For the majority of Republicans it is an article of faith that their electoral fortunes would best be served by rain on election day — that, despite evidence to the contrary, the lower the turnout the better their chances of winning, or so they believe.
So, it is not surprising that it is Republican legislators, largely in Republican-controlled legislatures, that have proposed and, in some states, enacted laws that would require photo identification at polling places in order for citizens to cast their ballots. But one should take with a grain of salt the GOP claims that these laws are primarily enacted to prevent fraud when the demography of the 20 million citizens who don’t have photo identification is largely composed of people who are poorer, more minority and the more immobile elderly than the rest of the population, a group whose voting history is strongly Democratic but which would have the greatest difficulty in obtaining proper identification.
It does not, however, follow as the night the day that the way for Attorney General Eric Holder, Democrats, minorities, self-named good government promoters, liberals, editorialists and others to deal with the ID issue is to mount, as they now are doing, coordinated frontal opposition to them and assert that fraud in the voting process does not exist. Why? Read More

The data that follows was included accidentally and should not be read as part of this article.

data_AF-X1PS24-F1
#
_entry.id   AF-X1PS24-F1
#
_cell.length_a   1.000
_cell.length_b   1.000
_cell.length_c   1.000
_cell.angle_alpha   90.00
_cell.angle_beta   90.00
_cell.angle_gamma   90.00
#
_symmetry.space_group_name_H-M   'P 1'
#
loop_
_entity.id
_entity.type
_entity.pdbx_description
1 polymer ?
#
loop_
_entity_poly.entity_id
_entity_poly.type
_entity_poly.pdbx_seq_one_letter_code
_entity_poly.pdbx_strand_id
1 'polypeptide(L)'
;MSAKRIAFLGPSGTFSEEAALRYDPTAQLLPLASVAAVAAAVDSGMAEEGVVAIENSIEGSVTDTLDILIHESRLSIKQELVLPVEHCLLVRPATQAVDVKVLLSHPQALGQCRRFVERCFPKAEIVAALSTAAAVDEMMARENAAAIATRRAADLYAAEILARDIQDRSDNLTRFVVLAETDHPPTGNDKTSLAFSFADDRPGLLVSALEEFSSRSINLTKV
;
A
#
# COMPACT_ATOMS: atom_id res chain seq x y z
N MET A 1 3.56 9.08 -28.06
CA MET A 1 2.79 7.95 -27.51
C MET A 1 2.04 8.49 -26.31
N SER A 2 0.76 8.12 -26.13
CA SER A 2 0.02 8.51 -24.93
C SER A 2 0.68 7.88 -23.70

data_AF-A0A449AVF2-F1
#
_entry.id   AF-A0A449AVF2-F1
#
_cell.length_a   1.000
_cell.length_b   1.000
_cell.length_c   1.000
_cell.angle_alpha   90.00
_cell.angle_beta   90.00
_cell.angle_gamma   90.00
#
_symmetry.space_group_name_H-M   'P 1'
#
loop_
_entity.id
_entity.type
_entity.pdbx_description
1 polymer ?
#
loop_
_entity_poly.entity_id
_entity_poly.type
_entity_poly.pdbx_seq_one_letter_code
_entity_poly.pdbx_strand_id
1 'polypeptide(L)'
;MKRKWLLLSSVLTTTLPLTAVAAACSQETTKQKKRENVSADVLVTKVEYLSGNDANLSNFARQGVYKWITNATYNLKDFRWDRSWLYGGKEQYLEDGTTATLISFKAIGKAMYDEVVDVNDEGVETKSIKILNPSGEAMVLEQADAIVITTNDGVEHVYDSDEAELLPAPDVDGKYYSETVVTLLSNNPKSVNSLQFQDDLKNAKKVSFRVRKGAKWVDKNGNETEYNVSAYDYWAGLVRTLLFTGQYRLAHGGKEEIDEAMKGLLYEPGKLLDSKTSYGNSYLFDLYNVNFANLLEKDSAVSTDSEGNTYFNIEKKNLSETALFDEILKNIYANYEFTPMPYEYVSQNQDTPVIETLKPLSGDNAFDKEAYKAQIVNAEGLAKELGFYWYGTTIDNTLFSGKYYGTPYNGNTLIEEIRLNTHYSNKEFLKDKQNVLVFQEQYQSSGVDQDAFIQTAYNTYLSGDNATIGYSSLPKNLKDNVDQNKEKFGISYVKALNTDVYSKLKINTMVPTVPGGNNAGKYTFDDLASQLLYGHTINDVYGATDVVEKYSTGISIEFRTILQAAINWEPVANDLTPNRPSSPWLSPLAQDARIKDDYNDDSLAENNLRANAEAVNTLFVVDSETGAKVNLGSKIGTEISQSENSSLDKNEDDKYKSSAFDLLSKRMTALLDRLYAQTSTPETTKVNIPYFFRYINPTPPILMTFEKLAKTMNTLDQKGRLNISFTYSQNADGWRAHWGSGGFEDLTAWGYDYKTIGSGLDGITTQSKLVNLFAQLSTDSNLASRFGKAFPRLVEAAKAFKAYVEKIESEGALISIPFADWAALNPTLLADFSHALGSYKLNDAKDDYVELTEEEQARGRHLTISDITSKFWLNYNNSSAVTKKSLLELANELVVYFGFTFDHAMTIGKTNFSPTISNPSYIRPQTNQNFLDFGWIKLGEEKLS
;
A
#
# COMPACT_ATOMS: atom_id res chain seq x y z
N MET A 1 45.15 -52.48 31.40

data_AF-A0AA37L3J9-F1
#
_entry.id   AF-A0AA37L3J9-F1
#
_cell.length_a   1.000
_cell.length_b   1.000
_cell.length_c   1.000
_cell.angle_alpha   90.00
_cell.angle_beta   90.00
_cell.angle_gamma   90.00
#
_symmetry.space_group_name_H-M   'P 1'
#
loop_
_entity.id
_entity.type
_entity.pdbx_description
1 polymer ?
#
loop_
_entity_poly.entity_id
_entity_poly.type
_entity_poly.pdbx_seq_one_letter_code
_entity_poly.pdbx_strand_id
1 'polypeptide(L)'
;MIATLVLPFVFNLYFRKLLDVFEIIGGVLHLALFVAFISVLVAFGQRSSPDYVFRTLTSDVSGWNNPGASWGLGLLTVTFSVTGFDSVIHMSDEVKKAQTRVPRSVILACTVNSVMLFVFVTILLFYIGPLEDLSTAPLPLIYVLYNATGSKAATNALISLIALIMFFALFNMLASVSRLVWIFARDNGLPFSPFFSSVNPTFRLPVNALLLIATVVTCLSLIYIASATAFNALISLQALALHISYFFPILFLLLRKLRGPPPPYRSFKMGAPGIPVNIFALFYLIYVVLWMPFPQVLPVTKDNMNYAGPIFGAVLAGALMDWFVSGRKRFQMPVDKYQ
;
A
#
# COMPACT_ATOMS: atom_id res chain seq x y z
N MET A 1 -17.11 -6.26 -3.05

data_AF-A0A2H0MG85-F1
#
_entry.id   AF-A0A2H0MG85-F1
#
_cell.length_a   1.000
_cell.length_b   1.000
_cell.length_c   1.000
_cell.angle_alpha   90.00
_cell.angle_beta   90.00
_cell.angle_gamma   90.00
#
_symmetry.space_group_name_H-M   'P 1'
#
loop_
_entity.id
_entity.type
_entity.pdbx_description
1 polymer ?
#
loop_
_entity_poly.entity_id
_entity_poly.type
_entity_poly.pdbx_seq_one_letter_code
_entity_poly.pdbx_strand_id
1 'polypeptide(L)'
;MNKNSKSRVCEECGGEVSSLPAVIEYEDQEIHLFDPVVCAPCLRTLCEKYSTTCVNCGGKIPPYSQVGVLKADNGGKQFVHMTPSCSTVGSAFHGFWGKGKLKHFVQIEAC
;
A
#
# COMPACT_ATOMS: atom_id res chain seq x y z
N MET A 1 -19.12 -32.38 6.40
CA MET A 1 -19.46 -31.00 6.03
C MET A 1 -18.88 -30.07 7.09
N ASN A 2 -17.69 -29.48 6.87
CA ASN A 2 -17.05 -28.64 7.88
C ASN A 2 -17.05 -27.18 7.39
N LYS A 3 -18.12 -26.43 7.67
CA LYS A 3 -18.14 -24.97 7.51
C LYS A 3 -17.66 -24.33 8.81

The battle over Texas’s controversial new voter identification bill should be over. Instead, it appears to be heating up. Senate Bill 14 amends the Texas Election Code, requiring voters to present an approved form of photo identification to cast a ballot in state elections. Voters may rely on most forms of commonly-used government-issued photo identification, such as a driver’s license or passport. Voters who are unwilling, or unable, to pay for identification are also covered; the bill creates a new form of identification called an “election identification certificate” which can be obtained at no cost from the Texas Department of Public Safety.
Both the Texas House and Senate approved the bill and its photo identification requirements, following months of heated debate across the state. And, on May 27, Governor Rick Perry signed the bill into law. Notwithstanding any post-enactment court challenges, gubernatorial endorsement is the final step in the legislative process—or at least that’s how things usually work in Texas. Read More
The Electoral Commission of Jamaica (ECJ) is warning that there will be strong action against people who seek to commit breaches on Election Day.